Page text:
Sex drive after hysterectomy

What are the reasons for a hysterectomy? There are various reasons why women need to have a hysterectomy, however, sometimes they can be delayed or avoided through having regular sex drive after hysterectomy tests, or a laparoscopy. Fibroids-These are non-malignant tumors that often grow to large sizes and press down on other organs, which can cause heavy bleeding or pelvic pain.

Endometriosis- Groups of endometrial cells sometimes grow outside of the uterus and attach themselves to other organs in the pelvic cavity. When this happens, the cells build up and bleed each month in accordance with an ovarian cycle. This can lead to chronic pelvic pain, pain during sex and prolonged or heavy bleeding. Endometrial hyperplasia-This is a cause of abnormal bleeding. The over thickening of the uterine lining often due to the presence of very high levels of estrogen.

Life threatening blockage of the bladder, or the intestines by the uterus, or a growth within it. This includes the removal of the entire uterus, including the fundus and the cervix. It is the most common type of hysterectomy that is now performed. Although the ovaries will not be removed in this operation, many women still experience some menopausal symptoms by the second day after surgery. The possibility of entering menopause should be discussed with your doctor.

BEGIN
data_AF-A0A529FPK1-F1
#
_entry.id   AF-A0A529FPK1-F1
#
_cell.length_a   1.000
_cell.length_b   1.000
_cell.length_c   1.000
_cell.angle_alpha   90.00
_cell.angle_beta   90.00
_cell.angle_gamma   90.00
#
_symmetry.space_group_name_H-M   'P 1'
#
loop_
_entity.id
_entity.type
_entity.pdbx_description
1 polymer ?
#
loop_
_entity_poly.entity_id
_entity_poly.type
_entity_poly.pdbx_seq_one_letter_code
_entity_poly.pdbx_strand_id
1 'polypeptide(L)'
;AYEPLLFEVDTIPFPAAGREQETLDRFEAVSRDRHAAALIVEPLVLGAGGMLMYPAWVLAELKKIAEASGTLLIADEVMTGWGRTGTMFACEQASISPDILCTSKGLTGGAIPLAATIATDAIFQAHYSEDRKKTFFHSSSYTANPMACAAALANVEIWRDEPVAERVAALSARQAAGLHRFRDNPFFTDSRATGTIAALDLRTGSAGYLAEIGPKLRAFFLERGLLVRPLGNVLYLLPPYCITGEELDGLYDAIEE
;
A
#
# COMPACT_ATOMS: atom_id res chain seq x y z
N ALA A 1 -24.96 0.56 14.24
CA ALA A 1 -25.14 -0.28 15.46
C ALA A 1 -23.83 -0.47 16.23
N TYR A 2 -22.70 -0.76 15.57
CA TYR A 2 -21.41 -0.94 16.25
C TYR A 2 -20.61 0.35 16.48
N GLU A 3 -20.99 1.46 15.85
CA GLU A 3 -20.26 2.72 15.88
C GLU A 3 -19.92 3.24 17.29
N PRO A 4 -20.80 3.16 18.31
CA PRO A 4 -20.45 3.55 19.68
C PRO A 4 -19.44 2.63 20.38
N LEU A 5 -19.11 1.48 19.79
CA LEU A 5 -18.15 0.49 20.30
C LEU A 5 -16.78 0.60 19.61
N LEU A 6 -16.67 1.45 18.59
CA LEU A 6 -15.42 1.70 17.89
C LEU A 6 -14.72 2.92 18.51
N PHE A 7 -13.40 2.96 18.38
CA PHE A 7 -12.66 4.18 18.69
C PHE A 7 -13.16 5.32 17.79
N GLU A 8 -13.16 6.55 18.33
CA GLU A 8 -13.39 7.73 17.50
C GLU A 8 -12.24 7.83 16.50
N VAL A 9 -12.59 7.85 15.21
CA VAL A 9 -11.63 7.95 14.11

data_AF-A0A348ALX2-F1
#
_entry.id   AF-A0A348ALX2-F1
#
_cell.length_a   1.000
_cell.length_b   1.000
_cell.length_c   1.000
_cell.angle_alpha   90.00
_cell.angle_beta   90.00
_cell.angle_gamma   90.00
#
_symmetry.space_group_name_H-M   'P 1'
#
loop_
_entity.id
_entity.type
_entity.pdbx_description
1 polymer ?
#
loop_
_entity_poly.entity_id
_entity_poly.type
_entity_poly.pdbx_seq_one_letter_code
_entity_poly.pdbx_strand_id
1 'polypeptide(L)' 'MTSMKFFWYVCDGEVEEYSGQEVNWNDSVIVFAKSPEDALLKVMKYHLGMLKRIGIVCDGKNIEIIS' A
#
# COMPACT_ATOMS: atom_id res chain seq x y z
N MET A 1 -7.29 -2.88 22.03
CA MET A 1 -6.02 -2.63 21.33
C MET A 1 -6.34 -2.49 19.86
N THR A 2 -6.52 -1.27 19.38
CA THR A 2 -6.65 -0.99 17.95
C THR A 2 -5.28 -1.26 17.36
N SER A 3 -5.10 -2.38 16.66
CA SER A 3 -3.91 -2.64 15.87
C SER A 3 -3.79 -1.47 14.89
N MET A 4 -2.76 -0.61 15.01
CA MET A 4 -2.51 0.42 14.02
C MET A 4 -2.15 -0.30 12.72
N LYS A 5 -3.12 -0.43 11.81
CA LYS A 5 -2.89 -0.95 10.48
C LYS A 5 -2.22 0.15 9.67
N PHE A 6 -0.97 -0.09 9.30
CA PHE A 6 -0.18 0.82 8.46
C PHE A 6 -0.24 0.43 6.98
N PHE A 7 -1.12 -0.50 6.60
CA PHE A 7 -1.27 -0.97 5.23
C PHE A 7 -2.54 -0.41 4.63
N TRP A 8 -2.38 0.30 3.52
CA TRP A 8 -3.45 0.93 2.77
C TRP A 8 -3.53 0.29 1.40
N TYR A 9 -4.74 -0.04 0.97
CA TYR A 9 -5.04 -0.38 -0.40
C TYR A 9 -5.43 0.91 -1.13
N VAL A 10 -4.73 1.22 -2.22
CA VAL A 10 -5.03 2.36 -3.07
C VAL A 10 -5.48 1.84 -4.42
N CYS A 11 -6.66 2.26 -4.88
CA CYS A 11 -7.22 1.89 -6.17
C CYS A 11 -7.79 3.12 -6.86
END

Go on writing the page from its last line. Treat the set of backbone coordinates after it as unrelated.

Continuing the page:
This procedure includes the removal of one or both ovaries, sometimes the fallopian tubes along with the uterus. If only one ovary is removed, you usually will remain fertile, but if both ovaries are removed, you can experience sudden menopause, premature osteoporosis or circulatory disease. This operation includes the removal of the uterus, cervix, the top portion of the vagina and most of the tissue that surrounds the cervix in the pelvic cavity. Pelvic lymph nodes may also be removed. Although this procedure is relatively rare, it is usually called for in women with cervical cancer or endometrial cancer that has spread to the cervix. This can also be referred to as a subtotal hysterectomy, this procedure removes the body of the uterus while leaving the cervix intact. This is usually used with women who have a minimal risk of developing cervical cancer.

The method of hysterectomy that you have is determined by your age, the number of births you’ve had, your condition as well as what your physician thinks is best for you. Each method affects recovery, and scaring. In an abdominal hysterectomy, the uterus is removed through a surgical incision about 6-8 inches long. This is most commonly used when the ovaries and fallopian tubes are being removed, when the uterus is enlarged and when disease has spread to the pelvic cavity as in endometriosis or cancer.